SFPD Officer Connected to Racist Texts Pleads Not Guilty to Robbing Bank - NBC Bay Area
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SFPD Officer Connected to Racist Texts Pleads Not Guilty to Robbing Bank

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    NEWSLETTERS

    Suspended SF Officer Charged for Robbing Bank of Nearly $10K

    A suspended San Francisco police officer who faces administrative charges of sending racist text messages has now been criminally charged in federal court with robbing a bank in the city on Nov. 29, according to the U.S. Attorney's Office. Thom Jensen reports.

    (Published Thursday, Dec. 20, 2018)

    A suspended San Francisco Police Department officer accused of robbing a bank last month in the city's Sunset District pleaded not guilty to a bank robbery charge Friday in federal court in San Francisco.

    Federal prosecutors allege that Rain Daugherty, 44, of San Francisco, approached a teller at an East West Bank branch on Nov. 29, with a note demanding $50 and $100 bills.

    After allegedly ordering the bank teller to "caltm down, just do it," he made off with $9,050 in cash. But with the help of surveillance images, officers arrested him Tuesday.

    Daugherty's attorney, California Public Defender Elizabeth Faulk, said in court that Daugherty's family was not willing to help him with bail money at this time, and U.S. Magistrate Sallie Kim remanded Daugherty back into custody until his next hearing on Jan 10.

    Daugherty is also one of nine San Francisco police officers who in 2015 were accused of sending racist text messages back in 2011 and 2012.

    The messages came to light during the federal prosecution of former Sgt. Ian Furminger on charges related to the theft of money and property from drug suspects.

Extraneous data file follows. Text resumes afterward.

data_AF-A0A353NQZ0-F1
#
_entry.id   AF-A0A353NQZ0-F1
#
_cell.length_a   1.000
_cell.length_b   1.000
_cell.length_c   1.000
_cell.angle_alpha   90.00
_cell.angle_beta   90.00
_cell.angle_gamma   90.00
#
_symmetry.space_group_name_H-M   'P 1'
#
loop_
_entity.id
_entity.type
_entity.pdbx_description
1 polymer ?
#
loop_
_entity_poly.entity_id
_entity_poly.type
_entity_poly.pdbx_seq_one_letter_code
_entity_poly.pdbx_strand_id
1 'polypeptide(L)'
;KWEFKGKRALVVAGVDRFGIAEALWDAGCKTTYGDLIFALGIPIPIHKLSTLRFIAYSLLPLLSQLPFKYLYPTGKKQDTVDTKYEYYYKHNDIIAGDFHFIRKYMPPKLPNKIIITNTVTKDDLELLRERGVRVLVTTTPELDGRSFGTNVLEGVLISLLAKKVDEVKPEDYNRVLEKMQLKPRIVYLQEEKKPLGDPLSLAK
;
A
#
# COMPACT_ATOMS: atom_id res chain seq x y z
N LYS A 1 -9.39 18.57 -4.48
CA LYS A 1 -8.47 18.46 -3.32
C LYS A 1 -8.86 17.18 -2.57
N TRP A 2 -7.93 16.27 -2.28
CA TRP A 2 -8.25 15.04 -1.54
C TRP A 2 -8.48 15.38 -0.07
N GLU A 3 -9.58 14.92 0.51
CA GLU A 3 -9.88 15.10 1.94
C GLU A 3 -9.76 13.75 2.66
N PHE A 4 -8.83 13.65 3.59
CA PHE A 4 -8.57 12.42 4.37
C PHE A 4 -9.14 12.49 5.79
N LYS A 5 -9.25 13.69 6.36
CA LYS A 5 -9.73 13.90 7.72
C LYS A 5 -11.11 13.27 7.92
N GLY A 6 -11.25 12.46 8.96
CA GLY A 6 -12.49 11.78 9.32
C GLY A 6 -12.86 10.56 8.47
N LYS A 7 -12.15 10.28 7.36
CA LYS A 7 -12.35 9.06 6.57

The disciplinary proceedings against Daugherty and the eight others were delayed when they claimed in a lawsuit that the charges were filed after a one-year deadline. The proceedings were put back on track this year after a state appeals court ruled in May that the deadline was not violated, and the California Supreme Court turned down the officers' appeal in September.

    At the time the disciplinary charges were filed, San Francisco police said Daugherty and the other officers were placed in positions in which they had no contact with the public. But, since an unrelated criminal investigation began in July in San Mateo County, he's been suspended without pay.

    In that case, Daugherty is accused of stealing $13,095 from a 76-year-old man with Alzheimer's disease between Sept. 1 and Dec. 1, 2017.

    Daugherty was charged July 24 in San Mateo County Superior Court with one felony count of elder abuse and four misdemeanor counts of drug possession.

    Daugherty had allegedly been hired to do errands such as grocery shopping and driving for the victim. But he was allegedly caught on surveillance video using the man's ATM card while alone on 30 occasions to withdraw a total of $13,095, according to prosecutors.

    A search of Daugherty's residence on Dec. 1 found small amounts of cocaine and three other drugs, prosecutors said.

    Daugherty will have a preliminary hearing on those charges in San Mateo County Superior Court on Feb. 1. If convicted, he could be sentenced to up to five years in state prison.

    The federal bank robbery charge carries a possible maximum sentence of 20 years in prison if convicted.

    On Thursday, the San Francisco Police Officers Association issued a statement in response to the alleged robbery, saying that the group "is disgusted by the alleged criminal actions of one of our former members."

    "We are sworn to uphold the law and are dedicated to honorably serving all San Franciscans. This individual should be held accountable for this shameful act he is accused of, and if found guilty, through due process, he should face the appropriate consequences," the association said.

    "There is a human component to this, and it's really heartbreaking to see a police officer in that position," police Chief William Scott said Thursday.

    Scott added that the San Francisco Police Commission is moving forward with the disciplinary process in regard to the racist text messages.

    "There is still a process involved, and we can't just arbitrarily release people without a due process."

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